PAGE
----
This Walking Dead article contains MAJOR SPOILERS for the TV show and the comic books.
For the past few month, Walking Dead fans have had one obsession: who did Negan kill in the season six finale? The enigmatic leader of the Saviors became season 6’s biggest reveal, as he brought down his barbed-wired bat down on his ill-fated victim before the screen cut to black. But while this big death marks his most infamous moment, this scene doesn’t define Negan. There’s a lot more to him. I thought this a good time to paint a quick portrait of The Walking Dead‘s greatest villain by pointing out some things that are really interesting about him in the comics.
So who is Negan? Even if you don’t know any of the character’s story in the comic books or what Jeffrey Dean Morgan looks like, you’ve probably heard about his gruesome entrance in the infamous issue #100, memorable not just in number but for the bloody death it delivers onto a fan favorite character. Negan’s first kill in the story is perhaps a good place to start.
A Bloody Entrance
Issue #100 was The Walking Dead‘s version of a big milestone which, like most finales on the show, had to be celebrated with a very big death. And indeed it was, as the mysterious Negan ambushed Rick and his people on the road to the Hilltop in order to punish the group for the Saviors they’d killed in the past issues. That whole arc, titled “Something to Fear” (#97-102), had seen the Alexandrians come into conflict with the Saviors, not unlike what’s happened in the second half of season 6, and now it was all coming to a head.
Negan, an imposing man in a biker jacket, pulled out his weapon of choice: a baseball bat covered in barbed wire that he’d lovingly named Lucille. His men lined up Rick, Carl, Glenn, Maggie, Sophia, Michonne, and Heath in a row. Negan wanted the Alexandrians to understand that everything they owned now belonged to the Saviors and that he would spare their lives if they agreed to the terms. Well, he’d spare most of their lives, anyway. It was only fair that one Alexandrian should die for all of the Saviors they’d killed. Negan thought it was quite the deal, deciding at random whose head he’d bash in with Lucille…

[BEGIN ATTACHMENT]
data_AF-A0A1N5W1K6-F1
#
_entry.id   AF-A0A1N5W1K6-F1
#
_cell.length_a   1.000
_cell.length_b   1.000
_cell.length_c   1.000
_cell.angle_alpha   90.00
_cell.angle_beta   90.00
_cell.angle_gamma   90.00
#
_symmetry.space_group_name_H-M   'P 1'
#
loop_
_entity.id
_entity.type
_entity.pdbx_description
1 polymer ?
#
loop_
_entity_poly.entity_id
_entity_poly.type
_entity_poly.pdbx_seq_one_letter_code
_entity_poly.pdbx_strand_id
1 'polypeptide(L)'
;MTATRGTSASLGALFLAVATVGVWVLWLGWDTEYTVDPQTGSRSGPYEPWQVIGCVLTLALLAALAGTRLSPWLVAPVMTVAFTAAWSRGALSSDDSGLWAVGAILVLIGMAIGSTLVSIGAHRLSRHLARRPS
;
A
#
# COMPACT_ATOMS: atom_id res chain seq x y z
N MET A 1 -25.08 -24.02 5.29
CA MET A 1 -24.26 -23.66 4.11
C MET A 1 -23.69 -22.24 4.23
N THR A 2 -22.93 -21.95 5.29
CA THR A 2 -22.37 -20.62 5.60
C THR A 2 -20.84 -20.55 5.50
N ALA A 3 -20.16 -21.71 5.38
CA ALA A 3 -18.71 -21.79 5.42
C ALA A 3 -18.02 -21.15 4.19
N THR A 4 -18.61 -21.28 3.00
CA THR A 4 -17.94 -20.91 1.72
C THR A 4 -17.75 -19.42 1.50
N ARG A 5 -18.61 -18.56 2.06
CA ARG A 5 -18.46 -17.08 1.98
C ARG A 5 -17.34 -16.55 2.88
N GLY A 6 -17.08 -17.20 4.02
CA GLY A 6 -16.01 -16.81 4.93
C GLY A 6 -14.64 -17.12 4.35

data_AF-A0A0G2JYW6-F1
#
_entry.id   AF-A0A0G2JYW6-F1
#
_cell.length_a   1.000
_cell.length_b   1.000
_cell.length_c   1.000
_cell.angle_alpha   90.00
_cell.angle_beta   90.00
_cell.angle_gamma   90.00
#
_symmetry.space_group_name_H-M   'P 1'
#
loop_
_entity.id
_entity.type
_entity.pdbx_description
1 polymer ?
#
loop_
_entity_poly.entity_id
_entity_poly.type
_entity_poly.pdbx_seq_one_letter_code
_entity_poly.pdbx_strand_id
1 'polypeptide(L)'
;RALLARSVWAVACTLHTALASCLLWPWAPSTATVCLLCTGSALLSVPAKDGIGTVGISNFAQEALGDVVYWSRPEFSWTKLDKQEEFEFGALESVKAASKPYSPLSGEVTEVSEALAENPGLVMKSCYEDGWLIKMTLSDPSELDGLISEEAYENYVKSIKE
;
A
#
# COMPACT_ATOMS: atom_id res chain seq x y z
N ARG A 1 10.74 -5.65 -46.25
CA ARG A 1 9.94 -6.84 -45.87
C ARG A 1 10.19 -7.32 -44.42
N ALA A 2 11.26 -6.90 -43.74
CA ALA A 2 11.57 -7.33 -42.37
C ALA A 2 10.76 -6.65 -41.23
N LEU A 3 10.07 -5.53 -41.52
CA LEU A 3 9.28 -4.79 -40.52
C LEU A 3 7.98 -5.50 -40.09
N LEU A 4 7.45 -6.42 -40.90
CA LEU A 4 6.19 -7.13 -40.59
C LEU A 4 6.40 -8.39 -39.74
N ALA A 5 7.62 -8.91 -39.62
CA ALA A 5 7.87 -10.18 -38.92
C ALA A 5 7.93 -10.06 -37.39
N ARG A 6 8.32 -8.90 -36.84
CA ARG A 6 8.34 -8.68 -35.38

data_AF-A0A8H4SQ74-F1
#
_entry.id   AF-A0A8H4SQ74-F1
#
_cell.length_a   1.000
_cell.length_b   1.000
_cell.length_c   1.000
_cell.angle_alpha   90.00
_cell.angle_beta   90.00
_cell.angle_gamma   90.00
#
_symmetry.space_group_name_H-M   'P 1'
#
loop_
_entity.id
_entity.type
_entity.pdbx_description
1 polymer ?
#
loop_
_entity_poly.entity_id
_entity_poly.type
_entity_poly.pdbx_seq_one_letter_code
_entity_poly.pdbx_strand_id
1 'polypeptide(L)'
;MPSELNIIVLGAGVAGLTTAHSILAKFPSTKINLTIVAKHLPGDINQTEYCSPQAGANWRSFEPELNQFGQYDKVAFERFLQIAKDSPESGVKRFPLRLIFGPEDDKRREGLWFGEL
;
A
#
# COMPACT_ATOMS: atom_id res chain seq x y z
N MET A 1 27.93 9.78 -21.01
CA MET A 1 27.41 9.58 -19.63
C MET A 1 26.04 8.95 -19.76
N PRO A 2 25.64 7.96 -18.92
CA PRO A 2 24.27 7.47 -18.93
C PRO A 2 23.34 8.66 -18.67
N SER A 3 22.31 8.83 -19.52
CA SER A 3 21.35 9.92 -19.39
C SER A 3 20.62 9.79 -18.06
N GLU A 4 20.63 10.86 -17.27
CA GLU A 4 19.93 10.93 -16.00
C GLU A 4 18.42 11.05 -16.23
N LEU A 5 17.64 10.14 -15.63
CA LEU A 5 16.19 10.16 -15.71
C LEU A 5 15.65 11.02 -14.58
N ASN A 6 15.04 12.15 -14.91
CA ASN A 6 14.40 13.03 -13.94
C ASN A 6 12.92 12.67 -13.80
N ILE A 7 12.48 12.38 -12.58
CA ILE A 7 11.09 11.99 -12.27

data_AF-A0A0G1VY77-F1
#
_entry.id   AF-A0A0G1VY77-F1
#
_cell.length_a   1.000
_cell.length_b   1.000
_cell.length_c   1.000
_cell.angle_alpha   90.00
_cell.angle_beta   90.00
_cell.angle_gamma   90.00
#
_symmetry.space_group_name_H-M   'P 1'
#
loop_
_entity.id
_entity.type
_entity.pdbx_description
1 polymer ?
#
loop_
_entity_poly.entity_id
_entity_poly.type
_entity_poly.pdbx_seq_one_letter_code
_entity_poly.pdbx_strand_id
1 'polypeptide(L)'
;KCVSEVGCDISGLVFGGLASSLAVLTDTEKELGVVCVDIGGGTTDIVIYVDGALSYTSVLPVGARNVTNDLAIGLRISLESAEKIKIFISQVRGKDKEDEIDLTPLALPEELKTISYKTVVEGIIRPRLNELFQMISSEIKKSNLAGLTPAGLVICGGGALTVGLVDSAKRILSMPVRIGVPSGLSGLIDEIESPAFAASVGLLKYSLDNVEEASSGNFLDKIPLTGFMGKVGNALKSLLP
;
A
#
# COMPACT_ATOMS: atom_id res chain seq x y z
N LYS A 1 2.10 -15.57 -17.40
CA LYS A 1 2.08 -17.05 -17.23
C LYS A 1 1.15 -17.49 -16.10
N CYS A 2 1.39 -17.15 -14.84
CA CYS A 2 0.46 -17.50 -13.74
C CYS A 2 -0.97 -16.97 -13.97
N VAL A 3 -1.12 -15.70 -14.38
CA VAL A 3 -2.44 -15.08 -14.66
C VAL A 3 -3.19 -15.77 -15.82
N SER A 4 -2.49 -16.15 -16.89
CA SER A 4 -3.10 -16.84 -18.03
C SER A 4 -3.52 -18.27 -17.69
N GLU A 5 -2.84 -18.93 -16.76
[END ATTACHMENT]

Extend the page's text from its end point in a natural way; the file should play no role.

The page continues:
Rick, Maggie, and the rest were forced to watch Negan bludgeon Glenn to death. As he brutally killed Glenn, Negan smiled, celebrating the fact that his victim was “taking it like a champ” after several swings. Glenn’s last word was “Maggie.” Once this was done, Negan left the group with Glenn’s corpse and a promise to return in a week for half of all their stuff. This was Negan’s first appearance in The Walking Dead.
Whether it’ll be Glenn who will die at the hands of Negan on the TV show is anyone’s guess. He certainly seems like the logical choice, especially since showrunner Scott Gimple tends to stick pretty close to the source material. That said, like Denise’s fate, Gimple also likes to mix things up just a bit to keep fans on their toes. It was Abraham that originally suffered the arrow to the head in the comics. The same could happen with Negan’s first victim. The last few episodes even seem to tease as much, with Carol missing after a fight with a Savior patrol and Daryl captured and shot by Dwight. Or maybe it’ll be Michonne, who’s fallen in love with Rick, which tends to lead to a terrible end. Glenn and Rosita have also been captured, and last week’s episode also set up a reason for Maggie to leave the walls of Alexandria. The bases are loaded and Negan is up to bat.
No matter who dies, this sets up Negan as a force to be reckoned with, the biggest threat Rick and the Alexandrians have ever faced. But it’s not just Negan’s cruelty and taste for violence that has allowed him to amass an army and gain all of that power. It’s also strength of will. Negan believes that what he’s doing is right.
Leader of Man
It’s easy to call the foul-mouthed villain a madman, someone who enjoys killing for killing’s sake and thrives in chaos. And while it’s true that the zombie apocalypse has served this former used car salesman well in terms of letting out more than a little pent-up aggression, Negan is also calculating and intelligent. He even has a moral code, if you’re brave enough to call it that.
Negan believes that it’s his job to ensure the survival of the human race and build for it a new world. It’s why he named his group The Saviors. We learn a lot more about this society and where they live in “What Comes After” (#103-108), when Carl sneaks into their base to kill Negan.
We learn through this arc that Negan doesn’t really want chaos at all. In fact, Negan is fighting against it by establishing order through force. He’s a brilliant tactician, able to recognize very early on that the only way to power in the new world is through strength, and Negan never shies away from making an example of anyone who crosses him. In return for their obedience, Negan promises protection…from him.
Negan extorts the surrounding settlements to keep his people fed, clothed, and armed. And he keeps the Saviors in line with a twisted code of law. Those that break the rules or go against Negan’s will, as in the case of his scarred lieutenant, Dwight, get their faces burned with a searing iron in a cult-like ritualistic punishment.